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John Evans

10 Reasons To Use Inquiry-Based Learning In Your Classroom - - 0 views

    "We've talked about how and when to use inquiry-based learning-and apps for inquiry-based learning, too.

    What we haven't done-explicitly anyway-is looked at the reasons for doing so. While the benefits might seem obvious (student-centeredness, critical thinking, self-directed learning, etc.), the graphic above by famed sketch-noter Sylvia Duckworth based on a session by Trevor Mackenzie captures a lot of these ideas in a single visual."
John Evans

Integrating Computational Thinking into Your Elementary Classroom - 1 views

    "Computer science education is not a new field. Much of what we know about the pedagogy and content for elementary students comes from Seymour Papert's research on teaching elementary students to code back in the 1970's and 80's. But, as we shift from labs and one-off classrooms to a broad expansion for all students in every classroom K-12, we are seeing changes to how computer science is taught. This means we are working in a rapidly evolving field (insert metaphor of building a plane while flying it). Over time, we have gone from a focus on coding (often in isolation) to a more broad idea of computer science as a whole, and now to the refined idea of computational thinking as a foundational understanding for all students.

    Pause. You may be asking, "But wait, what's computational thinking again?" In her book Coding as a Playground, Marina Umaschi Bers explained: "The notion of computational thinking encompasses a broad set of analytic and problem-solving skills, dispositions, habits, and approaches most often used in computer science, but that can serve everyone." More simply, you can think of computational thinking as the thought processes involved in using algorithms to solve problems. Sheena Vaidyanathan writes some good articles explaining the differences between computer science, coding, and computational thinking here and here."
John Evans

25 Teaching Tools To Organize, Innovate, & Manage Your Classroom - 2 views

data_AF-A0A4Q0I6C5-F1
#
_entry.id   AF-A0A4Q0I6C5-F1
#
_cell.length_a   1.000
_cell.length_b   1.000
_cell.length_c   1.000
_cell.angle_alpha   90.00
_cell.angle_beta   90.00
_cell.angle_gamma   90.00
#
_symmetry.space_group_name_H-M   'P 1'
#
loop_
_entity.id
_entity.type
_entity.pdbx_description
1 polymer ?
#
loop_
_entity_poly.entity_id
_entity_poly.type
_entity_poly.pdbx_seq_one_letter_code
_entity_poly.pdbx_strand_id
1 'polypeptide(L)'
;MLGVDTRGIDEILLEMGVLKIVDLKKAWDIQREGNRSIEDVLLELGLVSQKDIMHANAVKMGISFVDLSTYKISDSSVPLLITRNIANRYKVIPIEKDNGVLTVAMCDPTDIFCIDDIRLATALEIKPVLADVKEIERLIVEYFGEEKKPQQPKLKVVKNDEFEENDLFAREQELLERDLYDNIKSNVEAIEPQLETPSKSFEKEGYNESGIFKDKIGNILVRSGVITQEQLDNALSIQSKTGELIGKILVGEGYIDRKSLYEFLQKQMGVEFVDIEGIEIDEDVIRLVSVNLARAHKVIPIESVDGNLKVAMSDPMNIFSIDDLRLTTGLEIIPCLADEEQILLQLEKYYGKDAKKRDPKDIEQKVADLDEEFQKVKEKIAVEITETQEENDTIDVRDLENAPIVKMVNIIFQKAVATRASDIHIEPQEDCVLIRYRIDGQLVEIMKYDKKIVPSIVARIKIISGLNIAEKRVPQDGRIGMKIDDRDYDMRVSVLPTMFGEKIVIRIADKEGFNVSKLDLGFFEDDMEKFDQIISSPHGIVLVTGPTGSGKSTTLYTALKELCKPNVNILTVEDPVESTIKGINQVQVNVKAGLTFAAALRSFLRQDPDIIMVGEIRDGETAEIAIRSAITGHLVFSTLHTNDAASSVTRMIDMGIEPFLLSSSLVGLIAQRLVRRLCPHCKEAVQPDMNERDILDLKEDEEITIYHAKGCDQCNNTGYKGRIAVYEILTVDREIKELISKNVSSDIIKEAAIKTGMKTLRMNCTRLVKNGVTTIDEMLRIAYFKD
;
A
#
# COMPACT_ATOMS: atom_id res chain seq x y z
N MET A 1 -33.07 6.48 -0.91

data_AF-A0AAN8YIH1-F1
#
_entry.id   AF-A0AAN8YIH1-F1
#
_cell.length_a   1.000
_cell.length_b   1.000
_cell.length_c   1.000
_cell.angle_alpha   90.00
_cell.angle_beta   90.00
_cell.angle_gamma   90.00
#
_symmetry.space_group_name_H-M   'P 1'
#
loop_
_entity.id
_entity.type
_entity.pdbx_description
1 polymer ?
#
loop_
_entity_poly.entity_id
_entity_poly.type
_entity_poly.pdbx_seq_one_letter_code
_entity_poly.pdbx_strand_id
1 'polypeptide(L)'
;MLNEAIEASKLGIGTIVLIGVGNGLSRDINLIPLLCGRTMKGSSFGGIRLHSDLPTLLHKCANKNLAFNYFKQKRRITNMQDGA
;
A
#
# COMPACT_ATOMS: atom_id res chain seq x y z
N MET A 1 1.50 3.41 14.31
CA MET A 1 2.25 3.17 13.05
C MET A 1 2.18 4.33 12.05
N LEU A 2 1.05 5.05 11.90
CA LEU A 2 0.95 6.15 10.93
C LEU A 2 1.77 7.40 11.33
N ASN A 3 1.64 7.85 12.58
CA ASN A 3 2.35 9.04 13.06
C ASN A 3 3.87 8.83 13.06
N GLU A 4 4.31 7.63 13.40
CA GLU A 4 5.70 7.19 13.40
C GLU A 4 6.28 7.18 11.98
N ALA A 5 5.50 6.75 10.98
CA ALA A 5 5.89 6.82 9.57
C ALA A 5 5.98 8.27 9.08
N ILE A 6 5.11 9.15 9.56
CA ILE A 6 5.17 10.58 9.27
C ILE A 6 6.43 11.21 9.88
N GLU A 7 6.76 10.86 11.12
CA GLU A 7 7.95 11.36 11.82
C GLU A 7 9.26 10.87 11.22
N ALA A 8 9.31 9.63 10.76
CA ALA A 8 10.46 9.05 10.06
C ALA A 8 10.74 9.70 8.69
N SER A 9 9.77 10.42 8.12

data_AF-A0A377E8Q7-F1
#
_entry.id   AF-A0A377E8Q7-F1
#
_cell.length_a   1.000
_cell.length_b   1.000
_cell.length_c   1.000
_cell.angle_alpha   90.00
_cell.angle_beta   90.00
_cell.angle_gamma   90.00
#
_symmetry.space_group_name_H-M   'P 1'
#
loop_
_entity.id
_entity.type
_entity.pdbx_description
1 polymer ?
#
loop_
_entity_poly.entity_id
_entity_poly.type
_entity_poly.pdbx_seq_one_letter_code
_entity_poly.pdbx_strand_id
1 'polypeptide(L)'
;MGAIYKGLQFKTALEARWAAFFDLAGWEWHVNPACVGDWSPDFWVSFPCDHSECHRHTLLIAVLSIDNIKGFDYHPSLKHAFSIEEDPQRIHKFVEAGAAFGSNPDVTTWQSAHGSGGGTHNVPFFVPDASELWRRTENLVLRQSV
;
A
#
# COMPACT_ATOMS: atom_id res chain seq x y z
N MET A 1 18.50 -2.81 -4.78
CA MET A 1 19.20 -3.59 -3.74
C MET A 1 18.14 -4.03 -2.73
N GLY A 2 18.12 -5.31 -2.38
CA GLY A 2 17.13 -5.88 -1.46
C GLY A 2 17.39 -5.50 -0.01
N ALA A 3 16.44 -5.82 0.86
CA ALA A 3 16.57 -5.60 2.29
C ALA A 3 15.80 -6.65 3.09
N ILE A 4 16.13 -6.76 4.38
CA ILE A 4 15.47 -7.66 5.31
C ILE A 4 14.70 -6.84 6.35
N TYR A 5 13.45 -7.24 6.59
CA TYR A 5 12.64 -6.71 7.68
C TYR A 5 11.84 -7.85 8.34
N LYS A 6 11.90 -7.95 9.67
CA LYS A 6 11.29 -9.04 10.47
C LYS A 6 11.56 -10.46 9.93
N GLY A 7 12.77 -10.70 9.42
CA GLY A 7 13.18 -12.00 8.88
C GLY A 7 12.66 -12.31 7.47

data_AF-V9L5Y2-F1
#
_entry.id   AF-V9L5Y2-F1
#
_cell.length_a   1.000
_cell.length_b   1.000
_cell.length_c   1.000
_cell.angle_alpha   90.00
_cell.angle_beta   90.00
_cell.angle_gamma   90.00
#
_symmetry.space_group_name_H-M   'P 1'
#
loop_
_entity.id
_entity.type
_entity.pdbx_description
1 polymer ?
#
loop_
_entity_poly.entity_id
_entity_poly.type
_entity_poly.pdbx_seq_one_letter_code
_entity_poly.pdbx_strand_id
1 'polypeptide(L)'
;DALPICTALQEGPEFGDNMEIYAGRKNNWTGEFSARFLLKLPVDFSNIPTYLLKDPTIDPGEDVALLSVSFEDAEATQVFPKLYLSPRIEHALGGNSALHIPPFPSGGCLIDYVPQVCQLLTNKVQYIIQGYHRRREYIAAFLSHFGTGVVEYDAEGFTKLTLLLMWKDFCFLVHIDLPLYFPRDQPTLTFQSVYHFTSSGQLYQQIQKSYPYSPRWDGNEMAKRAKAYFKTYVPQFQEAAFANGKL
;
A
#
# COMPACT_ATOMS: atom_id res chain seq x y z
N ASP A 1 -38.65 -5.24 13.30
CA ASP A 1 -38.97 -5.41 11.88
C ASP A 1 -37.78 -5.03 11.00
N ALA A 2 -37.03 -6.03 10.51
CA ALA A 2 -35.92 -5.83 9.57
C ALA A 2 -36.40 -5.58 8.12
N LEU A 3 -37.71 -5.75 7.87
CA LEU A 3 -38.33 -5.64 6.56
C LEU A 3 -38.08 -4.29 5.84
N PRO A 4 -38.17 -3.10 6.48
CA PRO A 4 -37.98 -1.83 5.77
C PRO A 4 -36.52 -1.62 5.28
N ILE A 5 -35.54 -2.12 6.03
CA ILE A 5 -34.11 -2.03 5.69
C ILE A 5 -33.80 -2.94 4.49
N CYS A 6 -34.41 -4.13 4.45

"Over the years, many of us have personally experienced the growth of technology in today's classrooms.

    Instead of taking notes, students are now occupied by surfing the Internet, scrolling through Facebook, and messaging their friends on their smart phones, tablets, and laptops. Instead of focusing on the instruction, teachers are constantly required to interrupt class in order to remind those students again and again, that class time is for learning, not texting. However, as today's students are using more technological devices, it is imperative that teachers have access to the resources to keep pace with the growing tech culture.

    The use of smart phones, tablets, and other tech items in the classroom do not necessarily have to have a negative impact on student achievement. On the contrary, the increasing accessibility and growth of technology presents teachers with the unique opportunity to take advantage of those once distracting gadgets, and use them to facilitate academic achievement in new and innovative ways. In this capacity, teachers do not need to be constantly fighting for student attention, but can freely accept it, by introducing a new educational environment that will automatically encourage student participation.

    Below are some resources that teachers may find useful when attempting to implement technology into their classrooms, separated by 5 common areas that are increasingly important for teachers, and for an effective learning environment-Organization, Project Based Learning, Class Management, Presentations, and Assessment.

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